TSA: Stop touching sensitive areas


When I joined the United States Marine Corps in August 1970, I took an oath to the Constitution. I take that oath more seriously today than I did then. Although I was young, it was a solemn commitment which I will never regret. The orders sending me to Viet Nam never came, but we were all prepared to give our lives in defense of our country.

Therefore, it is not easy for me to take issue with an agency that purportedly helps keep the American people safe. Nevertheless, I have come to the conclusion that the TSA – Transportation Security Administration – as it presently operates is rolling the dice with our safety on commercial flights.

I fly about 250,000 miles a year, which gives me considerable experience with security checks. Americans have come to view these invasive encounters as the price we pay to keep airplanes from being highjacked or blown up. In fact it is smoke and mirrors – the facade of security with no substance behind it.

Every time I go through the “see you naked” machine it identifies hot zones that require further search. Those zones always seem to include the groin area. Some men might find it flattering and a little funny that this sensitive region of the body makes metal detectors ring and x-ray machines flash red. However, in the age of Islamic terror, there is nothing flattering or funny about it. When the machine shows “something” near untouchable areas of the body, even though nothing is there, an agent has to run both hands to the top of your thighs, across the front of your pants outside and inside, making contact with your most private zones. Women have a little different physiology, but it can’t be any fun for them either.

Because I detest these assaults on my person, I was motivated to apply for my Known Traveler Number. That is a number assigned by TSA to those who file an application, go through a background check, pay an $85 fee and interview with a TSA agent at one of their designated offices. My application was approved. I had my precious KTN. I could breathe a sigh of relief. No more airport gropings, or so I thought. As it turns out, even after getting your coveted number, you can be “randomly selected” for the full body screening. The week after I was approved as a Known Traveler, I was randomly selected for a full body screening and the nightmare began all over again. Apparently even “known travelers” aren’t known well enough.

It is the understatement of the millennium to say that the screening machines are poorly calibrated. Law abiding citizens are treated Iike terrorists and asked to endure humiliating searches because the machines show “something.” Kevin Payne had to watch his ten year old daughter subjected to a two minute pat down because of a false positive for explosive material on some liquid the girl had in a pouch. Instead of retesting the liquid, they immediately began groping the child. She said, “I was very scared. I had no idea what was going on. I was confused and felt like screaming and running out of there.” Two minutes is a long time to feel all over anyone’s body, especially a ten year old girl.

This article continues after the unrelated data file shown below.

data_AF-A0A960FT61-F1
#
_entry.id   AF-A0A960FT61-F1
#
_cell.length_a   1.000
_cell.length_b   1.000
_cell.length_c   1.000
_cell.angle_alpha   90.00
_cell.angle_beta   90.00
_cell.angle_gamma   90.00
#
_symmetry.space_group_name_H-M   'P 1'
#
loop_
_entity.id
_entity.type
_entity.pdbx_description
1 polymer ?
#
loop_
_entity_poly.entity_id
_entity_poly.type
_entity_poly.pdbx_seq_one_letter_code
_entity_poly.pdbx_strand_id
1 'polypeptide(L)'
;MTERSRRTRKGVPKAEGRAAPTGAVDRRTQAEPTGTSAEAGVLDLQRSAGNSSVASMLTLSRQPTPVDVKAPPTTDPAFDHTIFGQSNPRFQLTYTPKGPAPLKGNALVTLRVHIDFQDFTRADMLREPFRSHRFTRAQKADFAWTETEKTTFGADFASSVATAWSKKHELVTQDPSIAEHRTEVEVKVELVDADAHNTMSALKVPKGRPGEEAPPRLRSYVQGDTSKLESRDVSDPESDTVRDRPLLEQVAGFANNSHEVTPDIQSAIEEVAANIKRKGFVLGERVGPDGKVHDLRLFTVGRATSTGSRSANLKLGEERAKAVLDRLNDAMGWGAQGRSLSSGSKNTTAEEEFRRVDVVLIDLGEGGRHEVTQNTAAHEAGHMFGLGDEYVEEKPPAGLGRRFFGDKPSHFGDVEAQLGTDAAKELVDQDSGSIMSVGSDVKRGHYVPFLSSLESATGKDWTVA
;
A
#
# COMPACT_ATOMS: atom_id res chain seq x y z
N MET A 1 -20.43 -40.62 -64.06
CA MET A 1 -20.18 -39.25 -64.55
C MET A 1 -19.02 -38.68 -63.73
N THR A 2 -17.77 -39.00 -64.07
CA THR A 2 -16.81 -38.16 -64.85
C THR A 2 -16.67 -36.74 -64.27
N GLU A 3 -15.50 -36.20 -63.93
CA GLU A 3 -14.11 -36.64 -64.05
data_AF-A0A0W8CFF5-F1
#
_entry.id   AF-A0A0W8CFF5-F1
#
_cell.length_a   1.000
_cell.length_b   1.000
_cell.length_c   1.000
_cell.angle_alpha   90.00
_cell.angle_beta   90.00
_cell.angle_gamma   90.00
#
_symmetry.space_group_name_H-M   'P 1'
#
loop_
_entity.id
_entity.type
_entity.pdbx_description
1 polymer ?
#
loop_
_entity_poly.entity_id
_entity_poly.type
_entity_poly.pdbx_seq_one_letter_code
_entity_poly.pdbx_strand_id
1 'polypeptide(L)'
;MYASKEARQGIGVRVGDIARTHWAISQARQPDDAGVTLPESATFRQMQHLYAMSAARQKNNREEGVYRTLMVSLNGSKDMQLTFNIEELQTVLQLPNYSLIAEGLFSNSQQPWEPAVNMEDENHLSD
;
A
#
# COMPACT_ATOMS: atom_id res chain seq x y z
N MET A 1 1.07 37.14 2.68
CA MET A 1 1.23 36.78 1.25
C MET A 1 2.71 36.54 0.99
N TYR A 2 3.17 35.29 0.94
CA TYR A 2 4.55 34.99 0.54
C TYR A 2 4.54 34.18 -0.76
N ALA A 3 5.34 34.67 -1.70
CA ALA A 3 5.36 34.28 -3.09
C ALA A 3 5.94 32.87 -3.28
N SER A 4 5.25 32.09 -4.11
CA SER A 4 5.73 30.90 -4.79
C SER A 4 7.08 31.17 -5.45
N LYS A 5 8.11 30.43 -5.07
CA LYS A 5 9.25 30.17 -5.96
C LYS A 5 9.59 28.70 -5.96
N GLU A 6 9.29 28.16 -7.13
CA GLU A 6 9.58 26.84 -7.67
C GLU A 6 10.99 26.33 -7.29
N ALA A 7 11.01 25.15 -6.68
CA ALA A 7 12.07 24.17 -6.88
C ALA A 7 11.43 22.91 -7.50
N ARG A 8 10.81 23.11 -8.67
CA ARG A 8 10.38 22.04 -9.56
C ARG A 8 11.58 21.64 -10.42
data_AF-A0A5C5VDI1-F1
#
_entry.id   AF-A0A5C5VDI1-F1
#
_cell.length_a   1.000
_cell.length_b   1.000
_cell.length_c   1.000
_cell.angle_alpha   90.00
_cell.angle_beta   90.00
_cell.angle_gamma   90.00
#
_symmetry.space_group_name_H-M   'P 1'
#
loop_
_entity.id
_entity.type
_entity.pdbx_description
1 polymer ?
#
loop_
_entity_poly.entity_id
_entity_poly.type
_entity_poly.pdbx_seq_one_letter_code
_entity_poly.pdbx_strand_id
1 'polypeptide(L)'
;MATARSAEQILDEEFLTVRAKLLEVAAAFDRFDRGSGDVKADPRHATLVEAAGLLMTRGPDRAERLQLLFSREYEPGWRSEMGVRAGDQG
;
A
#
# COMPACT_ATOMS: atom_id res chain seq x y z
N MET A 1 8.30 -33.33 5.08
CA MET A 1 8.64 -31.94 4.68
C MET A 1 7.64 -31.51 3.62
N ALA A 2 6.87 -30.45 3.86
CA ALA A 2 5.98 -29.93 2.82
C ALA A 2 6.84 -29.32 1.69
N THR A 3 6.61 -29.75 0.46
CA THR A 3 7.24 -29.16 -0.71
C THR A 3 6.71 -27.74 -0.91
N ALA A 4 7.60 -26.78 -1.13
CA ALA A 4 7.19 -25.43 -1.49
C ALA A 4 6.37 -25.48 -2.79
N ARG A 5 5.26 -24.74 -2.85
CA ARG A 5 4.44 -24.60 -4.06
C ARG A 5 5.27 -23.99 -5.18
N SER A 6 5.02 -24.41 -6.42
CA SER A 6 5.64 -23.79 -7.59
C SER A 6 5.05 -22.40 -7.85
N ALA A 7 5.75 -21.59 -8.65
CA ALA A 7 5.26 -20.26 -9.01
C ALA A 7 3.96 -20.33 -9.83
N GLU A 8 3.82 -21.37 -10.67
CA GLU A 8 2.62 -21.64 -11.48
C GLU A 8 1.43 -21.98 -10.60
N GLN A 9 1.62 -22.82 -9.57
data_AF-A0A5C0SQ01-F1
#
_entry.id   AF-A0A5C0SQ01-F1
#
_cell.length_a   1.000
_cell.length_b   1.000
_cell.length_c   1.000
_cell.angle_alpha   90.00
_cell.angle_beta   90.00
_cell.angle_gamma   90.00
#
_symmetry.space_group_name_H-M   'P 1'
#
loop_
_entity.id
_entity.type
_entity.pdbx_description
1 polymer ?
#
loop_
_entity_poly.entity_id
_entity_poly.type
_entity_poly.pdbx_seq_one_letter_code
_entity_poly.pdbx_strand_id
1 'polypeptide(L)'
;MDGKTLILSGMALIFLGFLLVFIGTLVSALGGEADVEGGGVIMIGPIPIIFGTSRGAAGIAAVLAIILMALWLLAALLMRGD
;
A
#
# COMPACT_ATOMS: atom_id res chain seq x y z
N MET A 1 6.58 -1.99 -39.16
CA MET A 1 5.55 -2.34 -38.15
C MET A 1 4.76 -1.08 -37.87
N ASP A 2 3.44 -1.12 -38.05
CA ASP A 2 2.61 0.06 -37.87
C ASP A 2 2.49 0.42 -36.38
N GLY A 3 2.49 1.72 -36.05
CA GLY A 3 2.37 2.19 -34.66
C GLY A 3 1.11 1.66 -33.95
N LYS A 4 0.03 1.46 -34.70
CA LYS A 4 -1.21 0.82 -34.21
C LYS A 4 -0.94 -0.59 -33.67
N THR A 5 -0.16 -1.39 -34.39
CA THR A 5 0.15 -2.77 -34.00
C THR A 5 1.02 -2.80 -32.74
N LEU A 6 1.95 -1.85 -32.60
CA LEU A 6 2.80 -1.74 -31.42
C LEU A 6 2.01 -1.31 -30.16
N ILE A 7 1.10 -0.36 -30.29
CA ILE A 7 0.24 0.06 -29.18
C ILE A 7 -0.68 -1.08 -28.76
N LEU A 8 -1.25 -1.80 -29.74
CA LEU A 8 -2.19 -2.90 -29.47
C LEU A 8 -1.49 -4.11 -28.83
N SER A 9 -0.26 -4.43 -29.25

Although TSA agents seem to go above and beyond in searching innocent Americans, a Department of Homeland Security Inspector General probe released in May showed that they missed 67 out of 70 tests carried out by special investigators. That is a 96% failure rate. One undercover investigator got through security with a fake bomb strapped to his back. In other words, they see things that are not there and miss things that are. That same IG report said that 73 airline workers were found to have terrorist links.

It is time to start identifying people with terrorist intentions instead of making the American people suffer for the sake of political correctness. Here is what citizens should demand.

First, Congress must investigate TSA, especially the effectiveness and calibration of the machines that are being used to identify dangerous substances.

Second, machines which consistently give false positives should be replaced. Perhaps a new kind of machine needs to be used because the ones we have are not working.

Third, TSA agents must be trained to profile for five characteristics: 1) Is the person a Muslim? 2) Is the person of Arab, African or Middle Eastern origin? 3) Has the person traveled to the Middle East or a country which harbors terrorists? 4) Has the individual visited websites or social media that spew terrorist propaganda? 5) Is the person between the ages of 18 and 30?

This is not racism or “Islamophobia.” It is common sense. It’s about time the TSA got its hands out of our underwear and politicians got their heads out of the sand. The agencies charged with protecting our homeland security should cooperate and share information with TSA to identify and apprehend terrorists, and leave the rest of us alone.

Every American should contact your Congressional Representative to demand that the Transportation Security Administration stop the general assaults on law abiding citizens and start profiling for likely bad guys. Until the politically correct nonsense stops, TSA should be renamed the “Touching Sensitive Areas” agency.

By Bishop E.W. Jackson

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